In each phase you must target a different constituency. In phase 4, you woo up—to get your superiors to approve. In phase 5, you woo laterally—to get your peers to agree. In phase 6, you woo down—to get your direct reports to accept.

All I’m saying is that you cannot rely on other people to read your mind or take note of the changed behavior you’re displaying. It may be patently obvious to you, but it takes a lot more than a few weeks of behavioral modification for people to notice the new you.

There’s the part where we actually listen. And there’s the part where we speak. Speaking establishes how we are perceived as a listener. What we say is proof of how well we listen. They are two sides of the same coin.

Asking, “Is it worth it?” engages you in thinking beyond the discussion to consider (a) how the other person regards you, (b) what that person will do afterwards, and (c) how that person will behave the next time you talk.

The ability to make a person feel that, when you’re with that person, he or she is the most important (and the only) person in the room is the skill that separates the great from the near-great.

Eventually, you’ll come to see that expressing gratitude is a talent—a talent that goes hand in hand with wisdom and self-knowledge and maturity.

But injecting Jim into the mix—a friendly sympathetic human being whom, on the one hand, I do not want to disappoint (that’s human nature) and who, on the other hand, provides constant encouragement and input—brings it more in line with the follow-up process I’ve been describing here

Successful people have a high need for self-determination and will tend to accept ideas about concerns that they “own” while rejecting ideas that feel “forced” upon them.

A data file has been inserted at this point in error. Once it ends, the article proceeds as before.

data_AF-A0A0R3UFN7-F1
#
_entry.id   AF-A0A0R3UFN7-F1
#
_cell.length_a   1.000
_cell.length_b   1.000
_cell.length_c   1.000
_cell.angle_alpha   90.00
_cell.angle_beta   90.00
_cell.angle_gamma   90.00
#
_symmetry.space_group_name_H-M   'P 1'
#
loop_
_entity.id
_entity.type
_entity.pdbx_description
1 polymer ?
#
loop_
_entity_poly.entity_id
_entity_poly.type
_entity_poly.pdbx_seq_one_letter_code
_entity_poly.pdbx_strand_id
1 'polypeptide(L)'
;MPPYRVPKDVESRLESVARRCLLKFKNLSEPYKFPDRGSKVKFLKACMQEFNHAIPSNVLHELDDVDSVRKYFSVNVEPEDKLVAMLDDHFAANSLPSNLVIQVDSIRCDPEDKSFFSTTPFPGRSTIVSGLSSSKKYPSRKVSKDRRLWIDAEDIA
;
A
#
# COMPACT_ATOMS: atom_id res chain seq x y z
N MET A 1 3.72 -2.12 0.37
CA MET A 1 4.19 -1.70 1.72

What’s interesting (and reassuring) about this story is that it’s an example of a boss accurately assessing his shortcomings and his employee agreeing with him. That isn’t always the case. Sometimes the gap between what a boss says about himself and what the staff believes is wide, very wide.

Your memo has to be brutally honest. Your employees have to believe it is accurate. And most important, they must believe it matters.

Let them figure out what they should be doing on their own. Let them tell you where you’re not needed.

If you manage your people the way you’d want to be managed, you’re forgetting one thing: You’re not managing you.

Most leadership development revolves around one huge false assumption—that if people understand then they will do. That’s not true. Most of us understand, we just don’t do.

I tell people that change is a simple equation: Stop the annoying behavior and you’ll stop being perceived as an annoyance.

The smart ones believed that their corporation would “drop them in a flash” when they no longer met the company’s needs, so they in turn were willing to “drop the company” when it no longer met their needs.